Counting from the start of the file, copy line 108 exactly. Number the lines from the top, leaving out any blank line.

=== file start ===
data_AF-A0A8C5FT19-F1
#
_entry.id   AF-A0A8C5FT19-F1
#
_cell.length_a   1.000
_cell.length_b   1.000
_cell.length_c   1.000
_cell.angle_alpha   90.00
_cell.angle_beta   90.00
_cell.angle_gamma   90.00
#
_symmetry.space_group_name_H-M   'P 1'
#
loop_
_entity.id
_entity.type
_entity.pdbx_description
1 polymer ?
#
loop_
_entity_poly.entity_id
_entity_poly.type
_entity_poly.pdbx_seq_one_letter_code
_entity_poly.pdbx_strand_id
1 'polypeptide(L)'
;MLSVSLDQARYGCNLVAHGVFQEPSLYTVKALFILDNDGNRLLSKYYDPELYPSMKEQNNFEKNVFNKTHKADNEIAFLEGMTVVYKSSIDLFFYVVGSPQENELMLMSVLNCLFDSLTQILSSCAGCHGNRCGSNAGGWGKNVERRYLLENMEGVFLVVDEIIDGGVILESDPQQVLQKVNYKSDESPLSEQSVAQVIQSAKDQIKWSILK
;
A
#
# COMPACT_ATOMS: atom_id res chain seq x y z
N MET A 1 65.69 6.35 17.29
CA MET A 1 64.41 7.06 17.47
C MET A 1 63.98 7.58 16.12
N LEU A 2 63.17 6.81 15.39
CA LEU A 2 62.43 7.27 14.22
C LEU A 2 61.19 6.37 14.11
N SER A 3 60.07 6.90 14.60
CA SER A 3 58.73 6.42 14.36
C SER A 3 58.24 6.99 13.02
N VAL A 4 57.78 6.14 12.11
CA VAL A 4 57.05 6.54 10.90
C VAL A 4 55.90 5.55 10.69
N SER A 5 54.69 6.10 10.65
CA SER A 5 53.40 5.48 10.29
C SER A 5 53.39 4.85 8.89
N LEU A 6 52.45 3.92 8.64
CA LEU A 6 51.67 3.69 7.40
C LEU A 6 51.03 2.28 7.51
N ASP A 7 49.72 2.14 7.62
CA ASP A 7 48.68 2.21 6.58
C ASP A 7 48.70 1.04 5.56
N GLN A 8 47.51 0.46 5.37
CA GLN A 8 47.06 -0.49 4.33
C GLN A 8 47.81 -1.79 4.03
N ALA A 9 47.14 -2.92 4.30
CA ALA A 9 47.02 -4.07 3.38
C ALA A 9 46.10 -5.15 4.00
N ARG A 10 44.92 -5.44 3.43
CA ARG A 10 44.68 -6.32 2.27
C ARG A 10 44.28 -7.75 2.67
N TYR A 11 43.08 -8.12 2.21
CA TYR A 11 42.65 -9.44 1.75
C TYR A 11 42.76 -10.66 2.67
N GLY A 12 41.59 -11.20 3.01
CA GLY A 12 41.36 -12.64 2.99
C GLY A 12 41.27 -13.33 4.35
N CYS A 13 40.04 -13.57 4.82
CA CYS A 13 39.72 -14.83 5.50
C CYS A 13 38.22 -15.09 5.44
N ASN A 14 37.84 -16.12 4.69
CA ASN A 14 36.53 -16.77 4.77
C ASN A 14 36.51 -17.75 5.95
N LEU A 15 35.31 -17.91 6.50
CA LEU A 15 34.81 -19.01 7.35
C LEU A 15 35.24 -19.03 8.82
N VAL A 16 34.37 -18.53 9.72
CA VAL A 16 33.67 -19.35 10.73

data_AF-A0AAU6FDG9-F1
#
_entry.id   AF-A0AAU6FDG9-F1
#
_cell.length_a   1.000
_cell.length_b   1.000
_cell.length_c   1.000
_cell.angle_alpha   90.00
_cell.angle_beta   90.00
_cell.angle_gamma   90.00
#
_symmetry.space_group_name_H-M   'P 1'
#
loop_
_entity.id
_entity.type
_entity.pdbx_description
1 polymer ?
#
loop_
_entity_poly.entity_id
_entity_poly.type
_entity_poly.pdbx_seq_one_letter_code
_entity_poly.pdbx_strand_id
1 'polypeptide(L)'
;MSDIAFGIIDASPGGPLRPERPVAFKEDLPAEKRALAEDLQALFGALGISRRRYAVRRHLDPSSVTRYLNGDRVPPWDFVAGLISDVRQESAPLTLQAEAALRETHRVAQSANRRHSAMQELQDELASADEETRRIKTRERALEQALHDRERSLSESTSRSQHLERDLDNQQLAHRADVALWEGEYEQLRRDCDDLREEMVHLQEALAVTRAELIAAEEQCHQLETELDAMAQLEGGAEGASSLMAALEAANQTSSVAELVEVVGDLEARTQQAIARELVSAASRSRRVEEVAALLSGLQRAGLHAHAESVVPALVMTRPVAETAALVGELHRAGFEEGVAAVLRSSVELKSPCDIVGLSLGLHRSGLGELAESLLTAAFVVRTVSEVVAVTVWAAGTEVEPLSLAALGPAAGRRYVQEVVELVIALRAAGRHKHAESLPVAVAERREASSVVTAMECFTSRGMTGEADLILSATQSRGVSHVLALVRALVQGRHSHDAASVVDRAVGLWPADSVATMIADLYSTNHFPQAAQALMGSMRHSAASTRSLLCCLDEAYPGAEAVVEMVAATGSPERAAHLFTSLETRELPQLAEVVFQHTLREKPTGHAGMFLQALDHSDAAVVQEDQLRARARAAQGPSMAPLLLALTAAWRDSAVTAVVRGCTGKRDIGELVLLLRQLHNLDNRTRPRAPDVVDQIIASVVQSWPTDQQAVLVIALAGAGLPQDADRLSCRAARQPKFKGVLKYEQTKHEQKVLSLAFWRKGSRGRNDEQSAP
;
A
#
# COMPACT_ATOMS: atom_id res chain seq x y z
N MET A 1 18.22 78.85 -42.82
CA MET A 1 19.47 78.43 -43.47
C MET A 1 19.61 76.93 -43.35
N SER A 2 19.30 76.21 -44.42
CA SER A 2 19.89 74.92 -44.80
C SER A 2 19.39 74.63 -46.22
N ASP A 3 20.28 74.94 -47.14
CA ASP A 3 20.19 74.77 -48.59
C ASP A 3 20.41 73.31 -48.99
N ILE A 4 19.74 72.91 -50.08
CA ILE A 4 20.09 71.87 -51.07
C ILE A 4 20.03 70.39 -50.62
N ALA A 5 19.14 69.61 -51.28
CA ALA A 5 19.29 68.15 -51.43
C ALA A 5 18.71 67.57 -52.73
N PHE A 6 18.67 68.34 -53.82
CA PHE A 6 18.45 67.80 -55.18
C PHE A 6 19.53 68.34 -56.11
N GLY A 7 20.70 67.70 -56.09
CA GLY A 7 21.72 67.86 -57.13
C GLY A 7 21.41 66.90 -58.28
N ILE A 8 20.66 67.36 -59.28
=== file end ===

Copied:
N MET A 1 18.22 78.85 -42.82